Several months ago, just prior to the new NCES data that was released, I posted enrollment data from six states that suggested a levelling off of homeschool growth.
Then, only a few weeks later, NCES came out with data that suggested continued dramatic growth in homeschooling!
Now, finally, I’ve got all of the available state data in one place, accompanied by convenient graphs that make trends very easy to observe, followed by references for where it all came from. The final product was too complicated to post in the normal manner, so my handy workstudy student Philip Martin helped me put it together into a PDF.
Here it is: Home School Data
Before I draw inferences from this data, let me reiterate some of the limitations of state data:
1. Data collection protocols vary widely from state to state and even within a state in given years depending on who is collecting it. Some districts are very conscientious in their efforts to get an accurate count of homeschoolers. Many are not, largely because there is no financial incentive for local and state government to keep records on homeschooling. As researcher Eric Isenberg put it in an article I review here, “Haphazard data collection occurs because the burden of reporting homeschooling generally falls on the families rather than school districts. Districts gain no reimbursement from homeschooled children in their district and generally have little incentive to collect accurate information.”
2. Several states have more than one way of homeschooling legally, and they don’t always count every one of these alternative strategies. For example, in states where homeschoolers can register as private schools, they might be counted in the private school tally, not the homeschool one. Or they might not. Or it might change from year to year depending on who’s doing the counting.
3. Finally, everyone acknowledges that even the best state data doesn’t get an accurate count because there are an unknown number of underground homeschooling families who, for whatever reason, choose not to inform the government of their actions.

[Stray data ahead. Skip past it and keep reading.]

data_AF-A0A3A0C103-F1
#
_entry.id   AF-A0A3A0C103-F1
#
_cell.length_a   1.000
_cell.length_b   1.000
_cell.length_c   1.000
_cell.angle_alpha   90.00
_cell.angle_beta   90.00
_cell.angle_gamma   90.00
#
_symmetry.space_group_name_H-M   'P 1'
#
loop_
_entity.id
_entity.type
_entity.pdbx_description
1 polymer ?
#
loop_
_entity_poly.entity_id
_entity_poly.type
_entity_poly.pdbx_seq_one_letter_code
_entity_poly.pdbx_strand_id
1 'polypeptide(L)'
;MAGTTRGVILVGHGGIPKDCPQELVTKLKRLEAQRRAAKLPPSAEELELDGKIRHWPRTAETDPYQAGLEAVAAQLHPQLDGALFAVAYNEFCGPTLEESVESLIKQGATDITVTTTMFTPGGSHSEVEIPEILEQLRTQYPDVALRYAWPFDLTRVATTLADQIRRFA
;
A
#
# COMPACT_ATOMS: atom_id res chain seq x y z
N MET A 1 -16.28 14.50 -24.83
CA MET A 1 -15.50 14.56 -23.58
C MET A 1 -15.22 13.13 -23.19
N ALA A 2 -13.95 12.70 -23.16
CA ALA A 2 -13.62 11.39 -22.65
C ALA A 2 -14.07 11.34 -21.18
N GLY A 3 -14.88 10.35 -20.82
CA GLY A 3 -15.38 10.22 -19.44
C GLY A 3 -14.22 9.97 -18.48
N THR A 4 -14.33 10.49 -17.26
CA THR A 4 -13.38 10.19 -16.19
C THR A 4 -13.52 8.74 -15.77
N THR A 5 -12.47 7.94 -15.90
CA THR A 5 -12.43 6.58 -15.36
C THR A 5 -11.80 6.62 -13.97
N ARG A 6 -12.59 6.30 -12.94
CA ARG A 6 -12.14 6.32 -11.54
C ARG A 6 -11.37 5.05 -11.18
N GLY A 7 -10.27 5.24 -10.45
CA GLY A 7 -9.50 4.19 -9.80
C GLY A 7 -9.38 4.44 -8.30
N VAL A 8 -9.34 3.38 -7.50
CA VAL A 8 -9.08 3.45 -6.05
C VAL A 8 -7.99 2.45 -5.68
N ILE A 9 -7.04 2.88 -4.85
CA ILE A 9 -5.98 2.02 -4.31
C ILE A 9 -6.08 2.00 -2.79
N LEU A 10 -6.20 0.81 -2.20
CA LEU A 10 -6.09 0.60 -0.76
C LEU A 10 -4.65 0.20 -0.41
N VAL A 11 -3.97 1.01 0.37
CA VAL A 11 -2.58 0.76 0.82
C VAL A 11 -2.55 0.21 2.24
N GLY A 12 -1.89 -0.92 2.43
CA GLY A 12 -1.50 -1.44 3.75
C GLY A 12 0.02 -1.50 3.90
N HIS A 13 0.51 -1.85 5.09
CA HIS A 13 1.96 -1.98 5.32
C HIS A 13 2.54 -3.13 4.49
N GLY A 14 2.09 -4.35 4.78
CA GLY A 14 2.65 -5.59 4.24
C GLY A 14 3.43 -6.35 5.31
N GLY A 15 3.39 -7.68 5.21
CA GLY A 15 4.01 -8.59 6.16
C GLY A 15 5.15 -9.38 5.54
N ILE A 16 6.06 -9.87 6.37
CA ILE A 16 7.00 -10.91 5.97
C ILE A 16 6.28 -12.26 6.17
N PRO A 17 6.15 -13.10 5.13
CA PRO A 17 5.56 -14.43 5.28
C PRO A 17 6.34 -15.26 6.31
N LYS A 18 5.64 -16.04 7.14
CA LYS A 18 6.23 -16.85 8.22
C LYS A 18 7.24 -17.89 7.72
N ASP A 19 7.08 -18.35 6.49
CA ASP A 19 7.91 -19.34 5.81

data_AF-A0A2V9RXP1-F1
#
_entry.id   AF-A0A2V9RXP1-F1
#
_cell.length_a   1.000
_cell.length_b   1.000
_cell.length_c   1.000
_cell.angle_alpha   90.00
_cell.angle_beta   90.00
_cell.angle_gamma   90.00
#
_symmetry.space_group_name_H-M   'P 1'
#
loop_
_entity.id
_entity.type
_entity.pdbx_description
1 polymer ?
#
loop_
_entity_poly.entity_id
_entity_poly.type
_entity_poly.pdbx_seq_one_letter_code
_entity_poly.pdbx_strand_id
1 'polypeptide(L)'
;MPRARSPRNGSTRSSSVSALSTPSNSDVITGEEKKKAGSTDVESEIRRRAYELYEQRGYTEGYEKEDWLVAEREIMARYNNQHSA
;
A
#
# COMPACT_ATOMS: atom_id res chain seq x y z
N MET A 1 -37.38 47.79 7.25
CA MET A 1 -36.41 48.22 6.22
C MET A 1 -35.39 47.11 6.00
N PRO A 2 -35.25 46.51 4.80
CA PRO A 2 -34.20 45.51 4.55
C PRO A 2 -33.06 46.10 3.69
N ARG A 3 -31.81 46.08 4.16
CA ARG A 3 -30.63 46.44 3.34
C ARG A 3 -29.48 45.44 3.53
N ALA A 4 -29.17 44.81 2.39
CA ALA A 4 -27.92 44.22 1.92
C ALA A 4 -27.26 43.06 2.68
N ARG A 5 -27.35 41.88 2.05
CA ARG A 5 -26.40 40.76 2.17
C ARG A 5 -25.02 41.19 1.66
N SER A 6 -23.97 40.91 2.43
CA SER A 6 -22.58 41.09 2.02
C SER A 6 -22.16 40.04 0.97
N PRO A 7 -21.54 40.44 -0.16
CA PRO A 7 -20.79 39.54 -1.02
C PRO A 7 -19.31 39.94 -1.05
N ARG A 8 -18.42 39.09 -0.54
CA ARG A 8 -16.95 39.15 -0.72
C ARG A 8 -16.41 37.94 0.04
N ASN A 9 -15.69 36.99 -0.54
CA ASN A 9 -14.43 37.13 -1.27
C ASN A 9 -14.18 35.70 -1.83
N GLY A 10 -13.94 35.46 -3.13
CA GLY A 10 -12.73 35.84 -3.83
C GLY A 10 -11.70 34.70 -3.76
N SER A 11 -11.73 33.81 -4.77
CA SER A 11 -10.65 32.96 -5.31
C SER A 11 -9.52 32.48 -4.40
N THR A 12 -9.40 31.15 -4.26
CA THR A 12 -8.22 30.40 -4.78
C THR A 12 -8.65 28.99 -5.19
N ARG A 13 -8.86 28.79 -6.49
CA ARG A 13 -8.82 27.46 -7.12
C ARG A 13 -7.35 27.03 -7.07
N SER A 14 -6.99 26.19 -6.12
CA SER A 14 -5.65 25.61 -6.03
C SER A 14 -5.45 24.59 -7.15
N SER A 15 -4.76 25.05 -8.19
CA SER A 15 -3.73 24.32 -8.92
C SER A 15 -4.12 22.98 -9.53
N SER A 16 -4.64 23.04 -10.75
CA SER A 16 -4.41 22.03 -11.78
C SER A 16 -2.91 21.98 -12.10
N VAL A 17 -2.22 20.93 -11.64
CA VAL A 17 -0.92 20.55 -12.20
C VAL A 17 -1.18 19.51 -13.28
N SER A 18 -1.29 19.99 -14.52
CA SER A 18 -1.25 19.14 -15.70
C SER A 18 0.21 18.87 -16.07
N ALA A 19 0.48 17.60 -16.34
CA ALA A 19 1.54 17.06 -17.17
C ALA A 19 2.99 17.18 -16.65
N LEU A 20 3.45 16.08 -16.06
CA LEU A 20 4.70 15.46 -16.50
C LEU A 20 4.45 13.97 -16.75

With all that said it is not surprising that researchers to date have put very little stress on this state data. It does not give us anything close to an accurate tally of the number of people homeschooling in a given state, though in some states it may come close. I’m interested in it for one reason only.
The reason is that I’m still puzzled over whether or not homeschooling is presently growing at a rapid rate. My subjective sense based on anecdote, impression, and trends here in Pennsylvania is that homeschooling is not growing as fast now as it did in the 1980s and 1990s. But the 2007 NCES data, as I mentioned, showed significant growth since 2003. Given that these state numbers are not accurate, I still wonder where the trend lines are pointing.
The answer is easy to find if you look at the graphs. Philip and I determined that 17 States had enough data to make meaningful graphs. 8 trend up (AR, FL, NE, NH, NC, UT, VA, WVA). 6 have held pretty flat for the past few years (CO, ME, MD, MN, MT, WA). 3 trend down (CT, PA, WI).
One obvious inference: the states reporting increases are all, possibly excepting FL (a key swing state), so-called “red” states, or Republican strongholds, while the states holding flat or reporting decreases are all, excepting Colorado and Montana, “blue,” or Democrat strongholds. Perhaps that is just a coincidence, or perhaps homeschooling is growing faster among Republicans than among Democrats. With the great majority of homeschoolers being conservative Protestants (often called the Republican “base”) this inference seems plausible.
It also squares with another NCES 2007 find–that more parents report religious motivations for homeschooling (83% in 2007 vs. 72% in 2003). In my own writing on recent trends in homeschooling I have stressed the widening appeal of homeschooling to groups of people outside of the traditional homeschool demographic. The 2007 NCES data caused me to re-think that stress, and in its small way this survey of state data confirms in me the need to re-think.
Here’s my hypthesis now, and it is just speculative. The large cohort of liberal and secular homeschoolers of the 1970s inspired by John Holt have now largely passed from the scene. While it is the case that some celebrities, child athletes, jet-setters, kids with peanut allergies, ethnic minorities, and other Americans not readily associated with conservative Christianity are turning to homeschooling, they are not doing so fast enough to replace the older “hippie” type. (I don’t mean to suggest that minorities, kids with peanut allergies, etc. can’t also be conservative Christians. I’m just talking about motives for homeschooling and the stereotypical homeschool demographic.)
Meanwhile, Conservative Christians continue to turn to homeschooling in large numbers. So while I think I’m right to say that there are now more kinds of people choosing homeschooling than ever before, nevertheless the movement as a whole looks more conservative and more Christian than it ever has. Homeschooling may be growing more diverse and more homogeneous at the same time.
Again, that may be totally wrong, but it’s the best sense I can make of what the recent data seems to be showing. Any and all comments on this welcome!